Welcome Back, Kotter – You'd think that a classroom packed with students of such diverse extraction would be a breeding ground for hostile utterances, and you'd be right: Calling someone a "sweathog" carries nasty implications that are easily perceived by farm families and problem-perspiration cases alike. Fewer audience members know that a "Barbarino" is a disparaging Italian term for any female child born with a thicker mustache than her daddy's.

In Living Color – We studied every episode of this early-'90s nugget, and we found it to be 100 percent problem-free viewing for crazy white bitches everywhere.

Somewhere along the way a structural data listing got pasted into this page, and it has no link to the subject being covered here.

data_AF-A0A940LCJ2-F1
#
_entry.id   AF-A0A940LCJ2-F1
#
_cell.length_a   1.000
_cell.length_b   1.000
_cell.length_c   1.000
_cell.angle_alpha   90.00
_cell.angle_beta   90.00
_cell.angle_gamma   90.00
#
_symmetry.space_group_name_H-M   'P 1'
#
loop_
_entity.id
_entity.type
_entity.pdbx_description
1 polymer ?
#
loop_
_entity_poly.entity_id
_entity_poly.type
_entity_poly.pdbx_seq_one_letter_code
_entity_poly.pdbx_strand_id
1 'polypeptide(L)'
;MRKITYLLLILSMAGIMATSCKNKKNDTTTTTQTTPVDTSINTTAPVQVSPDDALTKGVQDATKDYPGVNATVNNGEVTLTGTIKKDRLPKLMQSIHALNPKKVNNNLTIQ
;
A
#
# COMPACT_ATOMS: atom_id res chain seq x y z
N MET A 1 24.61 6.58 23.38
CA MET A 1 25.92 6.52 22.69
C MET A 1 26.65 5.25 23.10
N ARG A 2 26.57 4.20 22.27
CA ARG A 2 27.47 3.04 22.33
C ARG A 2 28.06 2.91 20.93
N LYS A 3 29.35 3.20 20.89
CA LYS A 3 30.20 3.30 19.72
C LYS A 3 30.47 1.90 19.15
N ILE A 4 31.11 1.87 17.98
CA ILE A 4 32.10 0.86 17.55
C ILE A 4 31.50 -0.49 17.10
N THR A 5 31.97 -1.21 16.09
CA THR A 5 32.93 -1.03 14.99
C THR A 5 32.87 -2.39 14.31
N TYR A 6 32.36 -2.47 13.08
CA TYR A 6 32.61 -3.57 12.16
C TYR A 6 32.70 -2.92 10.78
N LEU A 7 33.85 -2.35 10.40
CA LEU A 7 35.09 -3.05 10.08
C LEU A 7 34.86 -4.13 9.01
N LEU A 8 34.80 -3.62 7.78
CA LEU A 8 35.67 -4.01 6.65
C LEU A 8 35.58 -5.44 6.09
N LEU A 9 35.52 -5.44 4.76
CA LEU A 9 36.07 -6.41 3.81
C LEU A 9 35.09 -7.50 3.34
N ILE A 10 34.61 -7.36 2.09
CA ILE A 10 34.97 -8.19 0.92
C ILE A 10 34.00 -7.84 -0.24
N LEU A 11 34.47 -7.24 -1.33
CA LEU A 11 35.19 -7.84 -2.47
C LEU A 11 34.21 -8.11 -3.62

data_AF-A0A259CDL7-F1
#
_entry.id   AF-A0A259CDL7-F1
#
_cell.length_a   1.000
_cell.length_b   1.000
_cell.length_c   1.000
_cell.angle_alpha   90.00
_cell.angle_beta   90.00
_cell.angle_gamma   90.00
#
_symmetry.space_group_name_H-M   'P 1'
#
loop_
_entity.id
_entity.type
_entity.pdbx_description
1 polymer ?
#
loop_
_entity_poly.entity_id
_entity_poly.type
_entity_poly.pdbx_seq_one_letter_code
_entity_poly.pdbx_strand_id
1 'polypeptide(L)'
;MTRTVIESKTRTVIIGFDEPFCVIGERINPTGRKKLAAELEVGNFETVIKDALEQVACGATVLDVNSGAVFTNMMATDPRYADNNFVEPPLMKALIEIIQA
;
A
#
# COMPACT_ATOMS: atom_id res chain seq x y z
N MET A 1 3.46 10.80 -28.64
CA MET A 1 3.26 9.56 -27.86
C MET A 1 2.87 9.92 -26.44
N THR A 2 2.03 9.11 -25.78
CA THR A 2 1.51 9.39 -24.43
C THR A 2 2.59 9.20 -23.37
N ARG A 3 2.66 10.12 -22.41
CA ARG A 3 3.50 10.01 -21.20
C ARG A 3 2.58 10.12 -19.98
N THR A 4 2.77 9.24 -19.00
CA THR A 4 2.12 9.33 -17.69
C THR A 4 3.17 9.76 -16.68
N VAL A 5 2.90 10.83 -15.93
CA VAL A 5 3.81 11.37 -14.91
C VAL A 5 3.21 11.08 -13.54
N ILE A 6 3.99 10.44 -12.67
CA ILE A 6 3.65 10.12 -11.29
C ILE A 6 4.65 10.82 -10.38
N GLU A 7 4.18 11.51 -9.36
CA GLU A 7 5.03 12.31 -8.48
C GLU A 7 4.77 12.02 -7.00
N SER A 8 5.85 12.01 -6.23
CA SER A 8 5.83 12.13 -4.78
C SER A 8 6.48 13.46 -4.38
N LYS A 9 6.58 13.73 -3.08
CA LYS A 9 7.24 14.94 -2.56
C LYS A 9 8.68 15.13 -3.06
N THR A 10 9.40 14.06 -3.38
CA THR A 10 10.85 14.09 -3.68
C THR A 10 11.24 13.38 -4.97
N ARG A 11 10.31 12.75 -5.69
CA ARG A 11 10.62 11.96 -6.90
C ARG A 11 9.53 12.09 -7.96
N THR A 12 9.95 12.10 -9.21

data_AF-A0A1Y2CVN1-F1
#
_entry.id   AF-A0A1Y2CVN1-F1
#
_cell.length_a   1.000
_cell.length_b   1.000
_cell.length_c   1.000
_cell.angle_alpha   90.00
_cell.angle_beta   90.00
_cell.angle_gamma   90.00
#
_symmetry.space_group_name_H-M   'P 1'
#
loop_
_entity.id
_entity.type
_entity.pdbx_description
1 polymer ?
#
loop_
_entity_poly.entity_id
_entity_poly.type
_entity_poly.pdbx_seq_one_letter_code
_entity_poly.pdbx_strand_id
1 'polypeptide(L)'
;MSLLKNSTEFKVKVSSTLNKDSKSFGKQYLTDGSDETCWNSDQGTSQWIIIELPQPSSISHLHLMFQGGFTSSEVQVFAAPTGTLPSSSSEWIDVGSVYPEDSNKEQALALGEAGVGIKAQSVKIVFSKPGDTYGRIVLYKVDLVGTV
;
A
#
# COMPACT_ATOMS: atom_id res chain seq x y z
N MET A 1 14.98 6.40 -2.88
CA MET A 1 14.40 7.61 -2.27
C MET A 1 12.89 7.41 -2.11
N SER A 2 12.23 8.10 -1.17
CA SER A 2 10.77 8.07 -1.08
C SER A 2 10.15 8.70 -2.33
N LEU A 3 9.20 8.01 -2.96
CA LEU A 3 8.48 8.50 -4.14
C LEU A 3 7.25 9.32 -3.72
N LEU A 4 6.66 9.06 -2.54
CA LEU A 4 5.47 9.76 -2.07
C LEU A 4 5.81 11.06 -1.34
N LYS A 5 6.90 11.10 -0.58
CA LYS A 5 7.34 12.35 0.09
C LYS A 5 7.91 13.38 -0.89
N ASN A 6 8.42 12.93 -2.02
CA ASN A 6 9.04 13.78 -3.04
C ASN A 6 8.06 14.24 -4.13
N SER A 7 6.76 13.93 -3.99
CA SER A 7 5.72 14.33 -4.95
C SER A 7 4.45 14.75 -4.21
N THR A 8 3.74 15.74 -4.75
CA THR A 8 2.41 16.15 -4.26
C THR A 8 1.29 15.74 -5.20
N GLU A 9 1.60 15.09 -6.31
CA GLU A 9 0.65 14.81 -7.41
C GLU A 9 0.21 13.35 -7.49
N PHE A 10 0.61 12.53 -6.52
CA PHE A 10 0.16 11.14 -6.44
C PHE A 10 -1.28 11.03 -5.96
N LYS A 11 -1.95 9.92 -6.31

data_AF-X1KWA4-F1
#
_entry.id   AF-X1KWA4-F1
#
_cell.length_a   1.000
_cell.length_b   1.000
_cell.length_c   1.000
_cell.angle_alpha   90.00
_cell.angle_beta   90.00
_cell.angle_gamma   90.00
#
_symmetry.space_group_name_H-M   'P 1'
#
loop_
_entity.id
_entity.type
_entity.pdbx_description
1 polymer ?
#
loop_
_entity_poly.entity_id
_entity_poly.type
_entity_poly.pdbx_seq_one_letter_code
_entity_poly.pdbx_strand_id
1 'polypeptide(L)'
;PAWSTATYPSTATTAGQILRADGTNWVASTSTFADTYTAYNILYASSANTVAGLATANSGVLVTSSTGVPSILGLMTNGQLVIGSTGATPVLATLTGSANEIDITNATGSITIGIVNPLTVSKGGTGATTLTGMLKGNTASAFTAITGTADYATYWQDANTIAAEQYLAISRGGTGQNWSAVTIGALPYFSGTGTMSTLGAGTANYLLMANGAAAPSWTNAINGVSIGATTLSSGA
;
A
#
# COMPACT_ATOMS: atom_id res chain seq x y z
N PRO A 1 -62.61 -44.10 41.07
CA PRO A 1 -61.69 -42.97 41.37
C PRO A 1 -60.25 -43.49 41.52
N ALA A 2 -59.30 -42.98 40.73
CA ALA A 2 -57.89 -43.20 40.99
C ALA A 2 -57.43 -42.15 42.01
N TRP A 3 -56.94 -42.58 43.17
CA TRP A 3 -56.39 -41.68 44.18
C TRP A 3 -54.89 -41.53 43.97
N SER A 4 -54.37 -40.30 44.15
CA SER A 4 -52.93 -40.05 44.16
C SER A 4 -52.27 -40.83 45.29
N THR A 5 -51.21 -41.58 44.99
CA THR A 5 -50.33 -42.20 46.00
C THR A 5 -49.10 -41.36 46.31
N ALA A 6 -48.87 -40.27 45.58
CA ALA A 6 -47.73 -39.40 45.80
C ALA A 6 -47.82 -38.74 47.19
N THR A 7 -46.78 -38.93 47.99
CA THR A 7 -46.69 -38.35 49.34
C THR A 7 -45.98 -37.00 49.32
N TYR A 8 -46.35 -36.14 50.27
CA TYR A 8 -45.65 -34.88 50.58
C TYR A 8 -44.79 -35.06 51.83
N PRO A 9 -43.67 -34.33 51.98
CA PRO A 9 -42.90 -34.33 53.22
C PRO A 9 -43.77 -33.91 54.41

All in the Family – Supposedly, Norman Lear's seminal blue-collar comedy was the most colloquially provocative of all American sitcoms. But unless an enormous amount of information is getting lost in translation, we just don't see it. In every episode we had the pleasure of scanning, working-class hero Archie Bunker took pains to pay respectful tribute to the many proud, hard-working ethnic groups that have made his country great – like the Hebes, the Micks and the Moulenjams. (Hope we spelled all of those correctly. Finding them in the Ottawa University Guide to U.S. Races was frankly impossible!) If we absolutely had to find a fault in this eternally enchanting series, you could probably get us to admit that Archie's use of the affectionate pet name "meathead" might not sit well with any vegans gathered in front of the tube. Oh, well. Never let it be said that we Canadians are a humorless bunch. We're willing to take some light ribbing of the non-carnivores among us, if that's the price we have to pay for our imported yuks. Nobody likes a good laugh better than the members of the Human Rights Board of Inquiry, and we want our neighbors to the south to know it. After watching 274 hours of their finest TV, we can safely say that they're our new bestest kemosabes.